Rule 2 – Make it fail
I was working on an Ethernet network adapter card with network processing offload capabilities. The card would periodically reset for no apparent reason. Of course the problem never happened when a hardware engineer was around. The key to solving this problem was that a software engineer noticed that it sometimes happened during boot up during a memory test on one particular board. The hardware team suggested changing the memory test pattern to one that would be more stressful from a noise standpoint. When this was done, on this particular card the board would sometimes enter a resetting loop where every time it got to a particular part of the memory test it would cause a reset, the board would attempt to boot up again, and it would reset again at the same point. Residual noise was enough to push this board over the limit over and over, and it was easy to capture on the scope. Once we made it fail and could see what was happening, the problem was easy to find and fix.
Rule 3 – Quit thinking and look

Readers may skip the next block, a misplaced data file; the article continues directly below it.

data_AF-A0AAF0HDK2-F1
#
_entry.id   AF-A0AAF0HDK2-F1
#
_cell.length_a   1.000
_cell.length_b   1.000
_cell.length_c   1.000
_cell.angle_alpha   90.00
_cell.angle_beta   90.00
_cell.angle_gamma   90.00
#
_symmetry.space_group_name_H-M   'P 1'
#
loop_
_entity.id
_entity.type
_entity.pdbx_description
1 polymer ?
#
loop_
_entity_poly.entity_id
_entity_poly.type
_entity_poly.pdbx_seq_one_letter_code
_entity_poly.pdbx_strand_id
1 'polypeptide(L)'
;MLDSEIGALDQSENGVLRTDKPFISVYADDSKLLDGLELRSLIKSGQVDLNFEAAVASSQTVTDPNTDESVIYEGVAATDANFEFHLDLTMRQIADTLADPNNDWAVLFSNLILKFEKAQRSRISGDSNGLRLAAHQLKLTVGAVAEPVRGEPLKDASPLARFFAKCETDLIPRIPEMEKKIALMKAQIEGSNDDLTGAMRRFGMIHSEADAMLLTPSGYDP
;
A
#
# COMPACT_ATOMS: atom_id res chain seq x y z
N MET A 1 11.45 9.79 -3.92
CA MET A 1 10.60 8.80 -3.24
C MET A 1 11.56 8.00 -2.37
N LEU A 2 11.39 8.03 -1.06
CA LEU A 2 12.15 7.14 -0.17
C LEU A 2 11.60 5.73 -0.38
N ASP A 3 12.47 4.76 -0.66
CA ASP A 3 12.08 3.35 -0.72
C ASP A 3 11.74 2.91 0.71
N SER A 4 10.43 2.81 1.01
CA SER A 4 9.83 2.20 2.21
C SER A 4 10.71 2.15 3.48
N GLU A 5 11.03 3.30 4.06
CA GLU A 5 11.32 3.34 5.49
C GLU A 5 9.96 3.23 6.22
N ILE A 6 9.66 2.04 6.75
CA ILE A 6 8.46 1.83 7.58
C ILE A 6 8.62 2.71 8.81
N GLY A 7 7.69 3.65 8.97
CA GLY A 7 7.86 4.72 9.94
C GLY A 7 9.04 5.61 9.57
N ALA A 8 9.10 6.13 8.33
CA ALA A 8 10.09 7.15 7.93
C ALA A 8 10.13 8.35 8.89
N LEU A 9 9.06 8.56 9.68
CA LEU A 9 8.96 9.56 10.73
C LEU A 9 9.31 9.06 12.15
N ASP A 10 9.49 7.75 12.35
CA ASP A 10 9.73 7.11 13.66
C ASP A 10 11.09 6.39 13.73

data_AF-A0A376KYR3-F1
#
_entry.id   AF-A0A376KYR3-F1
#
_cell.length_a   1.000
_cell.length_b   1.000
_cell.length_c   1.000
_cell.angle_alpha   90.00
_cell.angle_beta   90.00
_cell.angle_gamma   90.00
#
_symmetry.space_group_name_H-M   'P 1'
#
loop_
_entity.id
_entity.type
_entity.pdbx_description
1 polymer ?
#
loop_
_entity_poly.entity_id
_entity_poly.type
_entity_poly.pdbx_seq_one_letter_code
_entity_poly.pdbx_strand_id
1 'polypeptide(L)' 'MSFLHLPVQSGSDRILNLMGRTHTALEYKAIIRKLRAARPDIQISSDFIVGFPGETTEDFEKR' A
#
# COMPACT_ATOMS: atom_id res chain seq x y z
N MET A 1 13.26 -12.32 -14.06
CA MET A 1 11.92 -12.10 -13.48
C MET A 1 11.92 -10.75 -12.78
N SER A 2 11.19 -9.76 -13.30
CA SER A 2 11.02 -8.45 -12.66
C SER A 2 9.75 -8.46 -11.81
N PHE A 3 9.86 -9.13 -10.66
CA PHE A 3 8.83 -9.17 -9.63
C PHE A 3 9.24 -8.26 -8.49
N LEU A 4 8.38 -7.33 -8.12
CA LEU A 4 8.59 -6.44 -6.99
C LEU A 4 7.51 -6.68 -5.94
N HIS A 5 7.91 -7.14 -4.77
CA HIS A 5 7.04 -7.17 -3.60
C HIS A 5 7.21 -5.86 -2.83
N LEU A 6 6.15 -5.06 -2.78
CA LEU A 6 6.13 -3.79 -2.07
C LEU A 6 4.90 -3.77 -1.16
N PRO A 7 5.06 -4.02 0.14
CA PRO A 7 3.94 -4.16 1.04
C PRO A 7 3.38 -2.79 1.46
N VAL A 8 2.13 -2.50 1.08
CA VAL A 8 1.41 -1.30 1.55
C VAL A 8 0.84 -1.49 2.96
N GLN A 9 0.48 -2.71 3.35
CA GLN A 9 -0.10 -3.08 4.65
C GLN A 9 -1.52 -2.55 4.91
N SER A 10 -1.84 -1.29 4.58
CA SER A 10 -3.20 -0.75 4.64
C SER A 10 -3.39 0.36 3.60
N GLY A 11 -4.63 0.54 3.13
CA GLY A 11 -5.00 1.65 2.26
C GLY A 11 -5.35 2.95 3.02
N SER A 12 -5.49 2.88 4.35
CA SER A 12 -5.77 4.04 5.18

Engineers have a strong tendency to sit around and theorize about what is happening and try fixes blindly. I can think of many times where this behavior was reinforced, where the engineer essentially got lucky, thus making them more likely to act this way in the future. In one example, we had a system that used a vendor IP block to interface a CAN bus to a computer platform through a PCI bus. The drivers wouldn’t load. We spent many weeks trying different things in software on the computer, reading datasheets, complaining to the vendor, and coming up with theory after theory about what could be wrong. Finally the vendor suggested we bring the design to their office in Germany to debug. Their engineer hooked up a scope to the memory bus that the driver was writing the firmware to to bootstrap the IP block. They didn’t have a logic analyzer, so he watched bit by bit, one at a time, the data. Finally at bit 29 he saw that something was wrong. An informed look at the schematic showed that bit 29 and 30 were swapped. This schematic had been reviewed at least 3 times by different engineers, and no one noticed this subtle error. It jumped off the page once we knew. It turned out that there was another problem with the design in that an EEPROM with settings programmed had the bytes programmed in the wrong order as well, but this also was easy to see with the scope as the data was read out of the EEPROM. It’s a pain to hook up the scope or logic analyzer, and it takes time. Generally though, if you take the time to look at the problem, collect some objective evidence, you’ll get to the answer much faster than if you think and try things.